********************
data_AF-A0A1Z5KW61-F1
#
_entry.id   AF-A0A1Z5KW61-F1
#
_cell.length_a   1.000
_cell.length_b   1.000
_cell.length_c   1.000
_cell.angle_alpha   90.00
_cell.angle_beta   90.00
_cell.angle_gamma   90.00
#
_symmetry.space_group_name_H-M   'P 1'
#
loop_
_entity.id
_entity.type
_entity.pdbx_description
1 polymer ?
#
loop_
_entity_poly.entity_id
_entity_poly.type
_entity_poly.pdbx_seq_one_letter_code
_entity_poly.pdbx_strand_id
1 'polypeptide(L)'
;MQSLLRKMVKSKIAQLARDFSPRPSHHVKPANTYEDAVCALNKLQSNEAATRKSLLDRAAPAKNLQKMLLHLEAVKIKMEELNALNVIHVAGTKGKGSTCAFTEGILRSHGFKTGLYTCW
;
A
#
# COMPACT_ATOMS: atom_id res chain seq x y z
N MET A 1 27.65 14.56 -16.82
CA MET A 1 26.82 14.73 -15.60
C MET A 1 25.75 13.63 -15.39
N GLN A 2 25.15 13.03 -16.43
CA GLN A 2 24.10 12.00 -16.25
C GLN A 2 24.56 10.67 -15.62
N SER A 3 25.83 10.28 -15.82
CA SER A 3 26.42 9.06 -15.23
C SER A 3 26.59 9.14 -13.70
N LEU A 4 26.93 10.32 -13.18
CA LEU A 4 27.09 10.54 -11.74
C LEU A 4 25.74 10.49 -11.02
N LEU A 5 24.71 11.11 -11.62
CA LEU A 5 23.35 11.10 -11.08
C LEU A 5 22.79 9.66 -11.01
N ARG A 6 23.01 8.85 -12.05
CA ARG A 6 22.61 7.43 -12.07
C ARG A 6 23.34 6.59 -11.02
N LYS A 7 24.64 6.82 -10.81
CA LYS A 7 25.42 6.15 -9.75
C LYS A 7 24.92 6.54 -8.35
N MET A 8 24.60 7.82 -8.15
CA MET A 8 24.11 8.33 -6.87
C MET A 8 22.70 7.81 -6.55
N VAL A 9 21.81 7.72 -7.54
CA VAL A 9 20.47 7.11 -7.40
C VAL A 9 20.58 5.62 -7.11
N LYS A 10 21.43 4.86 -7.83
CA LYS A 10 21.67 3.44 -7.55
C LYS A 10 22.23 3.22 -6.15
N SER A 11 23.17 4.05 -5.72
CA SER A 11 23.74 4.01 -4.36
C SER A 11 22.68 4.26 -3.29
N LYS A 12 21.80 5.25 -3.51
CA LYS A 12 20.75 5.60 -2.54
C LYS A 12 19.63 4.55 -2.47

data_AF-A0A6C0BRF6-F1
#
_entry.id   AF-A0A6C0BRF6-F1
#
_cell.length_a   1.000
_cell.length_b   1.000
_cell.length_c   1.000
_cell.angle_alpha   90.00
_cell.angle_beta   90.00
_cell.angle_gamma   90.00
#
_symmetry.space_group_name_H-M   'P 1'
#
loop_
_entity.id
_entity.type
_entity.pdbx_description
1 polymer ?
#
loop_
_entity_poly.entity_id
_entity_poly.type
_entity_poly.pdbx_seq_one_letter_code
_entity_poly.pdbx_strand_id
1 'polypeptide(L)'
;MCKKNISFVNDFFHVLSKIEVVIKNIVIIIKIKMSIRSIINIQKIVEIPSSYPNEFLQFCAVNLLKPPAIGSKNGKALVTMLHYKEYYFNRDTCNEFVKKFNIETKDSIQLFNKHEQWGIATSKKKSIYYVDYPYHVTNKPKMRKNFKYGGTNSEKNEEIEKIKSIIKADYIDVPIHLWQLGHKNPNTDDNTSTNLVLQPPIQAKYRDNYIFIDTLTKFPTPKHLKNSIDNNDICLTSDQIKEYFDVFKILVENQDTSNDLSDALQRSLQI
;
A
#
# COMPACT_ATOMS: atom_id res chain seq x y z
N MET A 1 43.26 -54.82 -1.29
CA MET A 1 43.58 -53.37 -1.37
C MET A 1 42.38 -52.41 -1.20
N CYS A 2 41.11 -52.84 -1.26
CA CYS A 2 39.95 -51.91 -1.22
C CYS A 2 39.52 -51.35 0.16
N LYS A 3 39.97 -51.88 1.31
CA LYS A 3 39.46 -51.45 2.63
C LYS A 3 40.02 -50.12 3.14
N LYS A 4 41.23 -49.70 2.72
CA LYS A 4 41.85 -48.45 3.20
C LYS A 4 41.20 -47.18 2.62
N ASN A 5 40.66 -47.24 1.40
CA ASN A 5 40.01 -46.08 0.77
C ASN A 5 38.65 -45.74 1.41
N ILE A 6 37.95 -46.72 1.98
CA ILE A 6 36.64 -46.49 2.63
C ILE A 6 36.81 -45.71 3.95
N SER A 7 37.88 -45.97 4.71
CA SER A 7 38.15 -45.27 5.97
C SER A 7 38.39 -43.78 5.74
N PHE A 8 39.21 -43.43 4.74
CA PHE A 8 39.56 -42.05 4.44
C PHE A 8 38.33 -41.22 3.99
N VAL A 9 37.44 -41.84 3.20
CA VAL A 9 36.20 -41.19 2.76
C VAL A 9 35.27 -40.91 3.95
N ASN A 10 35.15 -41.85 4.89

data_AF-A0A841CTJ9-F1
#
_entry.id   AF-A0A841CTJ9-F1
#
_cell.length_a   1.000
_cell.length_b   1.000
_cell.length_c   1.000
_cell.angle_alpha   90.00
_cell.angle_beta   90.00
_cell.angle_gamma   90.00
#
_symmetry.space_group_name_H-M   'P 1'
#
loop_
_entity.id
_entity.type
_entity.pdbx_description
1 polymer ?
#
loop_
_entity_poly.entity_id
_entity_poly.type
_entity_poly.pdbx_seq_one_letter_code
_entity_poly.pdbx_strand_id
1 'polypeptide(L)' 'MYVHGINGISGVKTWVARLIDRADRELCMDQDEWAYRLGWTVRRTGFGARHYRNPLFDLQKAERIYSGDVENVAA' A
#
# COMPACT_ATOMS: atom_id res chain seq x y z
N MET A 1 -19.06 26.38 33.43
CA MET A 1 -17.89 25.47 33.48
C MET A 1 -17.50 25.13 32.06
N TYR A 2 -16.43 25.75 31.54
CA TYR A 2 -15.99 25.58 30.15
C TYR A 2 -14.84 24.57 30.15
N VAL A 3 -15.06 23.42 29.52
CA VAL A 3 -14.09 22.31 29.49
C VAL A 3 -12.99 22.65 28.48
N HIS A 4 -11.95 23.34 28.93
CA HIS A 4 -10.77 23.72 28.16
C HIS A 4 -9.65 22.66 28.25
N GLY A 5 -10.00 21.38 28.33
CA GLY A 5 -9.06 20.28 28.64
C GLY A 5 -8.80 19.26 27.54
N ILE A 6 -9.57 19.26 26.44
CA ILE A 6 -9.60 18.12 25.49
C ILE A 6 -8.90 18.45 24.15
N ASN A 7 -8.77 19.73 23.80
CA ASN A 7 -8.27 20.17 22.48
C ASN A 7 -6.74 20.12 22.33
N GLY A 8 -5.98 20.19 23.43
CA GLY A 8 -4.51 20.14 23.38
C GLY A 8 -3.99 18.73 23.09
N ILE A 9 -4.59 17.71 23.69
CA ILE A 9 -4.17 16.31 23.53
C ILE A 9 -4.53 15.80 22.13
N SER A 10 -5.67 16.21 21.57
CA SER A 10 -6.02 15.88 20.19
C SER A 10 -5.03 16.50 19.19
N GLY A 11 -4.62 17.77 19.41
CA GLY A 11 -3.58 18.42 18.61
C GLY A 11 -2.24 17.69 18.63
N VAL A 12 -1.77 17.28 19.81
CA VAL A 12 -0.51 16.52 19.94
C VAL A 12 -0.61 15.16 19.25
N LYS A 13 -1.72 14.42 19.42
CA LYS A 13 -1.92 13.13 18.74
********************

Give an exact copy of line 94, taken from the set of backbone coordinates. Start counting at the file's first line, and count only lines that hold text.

A